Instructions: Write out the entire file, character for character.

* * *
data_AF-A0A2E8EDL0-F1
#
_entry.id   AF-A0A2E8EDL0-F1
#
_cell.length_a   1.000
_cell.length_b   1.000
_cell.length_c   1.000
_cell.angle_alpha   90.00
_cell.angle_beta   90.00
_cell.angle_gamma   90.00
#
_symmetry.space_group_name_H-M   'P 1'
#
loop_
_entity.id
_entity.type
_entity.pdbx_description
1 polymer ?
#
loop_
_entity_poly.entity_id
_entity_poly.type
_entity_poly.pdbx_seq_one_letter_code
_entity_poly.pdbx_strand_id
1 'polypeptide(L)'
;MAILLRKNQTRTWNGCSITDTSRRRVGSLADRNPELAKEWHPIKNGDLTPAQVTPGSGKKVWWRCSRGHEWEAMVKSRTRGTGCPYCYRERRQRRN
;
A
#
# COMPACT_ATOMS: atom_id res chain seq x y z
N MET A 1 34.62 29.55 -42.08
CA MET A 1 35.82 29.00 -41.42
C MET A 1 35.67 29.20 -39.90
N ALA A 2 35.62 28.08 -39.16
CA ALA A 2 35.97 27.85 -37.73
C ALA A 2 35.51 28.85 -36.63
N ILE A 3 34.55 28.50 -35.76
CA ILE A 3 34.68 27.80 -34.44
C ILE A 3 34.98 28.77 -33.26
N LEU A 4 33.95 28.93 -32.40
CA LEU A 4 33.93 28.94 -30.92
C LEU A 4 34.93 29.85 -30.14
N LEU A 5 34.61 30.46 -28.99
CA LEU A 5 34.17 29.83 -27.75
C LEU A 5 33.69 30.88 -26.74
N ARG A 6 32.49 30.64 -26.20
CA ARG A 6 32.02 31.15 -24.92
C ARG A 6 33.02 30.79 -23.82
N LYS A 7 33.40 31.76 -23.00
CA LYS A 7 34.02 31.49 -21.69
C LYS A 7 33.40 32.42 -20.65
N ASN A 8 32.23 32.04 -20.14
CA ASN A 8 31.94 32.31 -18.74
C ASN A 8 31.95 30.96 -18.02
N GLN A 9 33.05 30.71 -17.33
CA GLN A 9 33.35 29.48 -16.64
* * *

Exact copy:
data_AF-A0A2E8EDL0-F1
#
_entry.id   AF-A0A2E8EDL0-F1
#
_cell.length_a   1.000
_cell.length_b   1.000
_cell.length_c   1.000
_cell.angle_alpha   90.00
_cell.angle_beta   90.00
_cell.angle_gamma   90.00
#
_symmetry.space_group_name_H-M   'P 1'
#
loop_
_entity.id
_entity.type
_entity.pdbx_description
1 polymer ?
#
loop_
_entity_poly.entity_id
_entity_poly.type
_entity_poly.pdbx_seq_one_letter_code
_entity_poly.pdbx_strand_id
1 'polypeptide(L)'
;MAILLRKNQTRTWNGCSITDTSRRRVGSLADRNPELAKEWHPIKNGDLTPAQVTPGSGKKVWWRCSRGHEWEAMVKSRTRGTGCPYCYRERRQRRN
;
A
#
# COMPACT_ATOMS: atom_id res chain seq x y z
N MET A 1 34.62 29.55 -42.08
CA MET A 1 35.82 29.00 -41.42
C MET A 1 35.67 29.20 -39.90
N ALA A 2 35.62 28.08 -39.16
CA ALA A 2 35.97 27.85 -37.73
C ALA A 2 35.51 28.85 -36.63
N ILE A 3 34.55 28.50 -35.76
CA ILE A 3 34.68 27.80 -34.44
C ILE A 3 34.98 28.77 -33.26
N LEU A 4 33.95 28.93 -32.40
CA LEU A 4 33.93 28.94 -30.92
C LEU A 4 34.93 29.85 -30.14
N LEU A 5 34.61 30.46 -28.99
CA LEU A 5 34.17 29.83 -27.75
C LEU A 5 33.69 30.88 -26.74
N ARG A 6 32.49 30.64 -26.20
CA ARG A 6 32.02 31.15 -24.92
C ARG A 6 33.02 30.79 -23.82
N LYS A 7 33.40 31.76 -23.00
CA LYS A 7 34.02 31.49 -21.69
C LYS A 7 33.40 32.42 -20.65
N ASN A 8 32.23 32.04 -20.14
CA ASN A 8 31.94 32.31 -18.74
C ASN A 8 31.95 30.96 -18.02
N GLN A 9 33.05 30.71 -17.33
CA GLN A 9 33.35 29.48 -16.64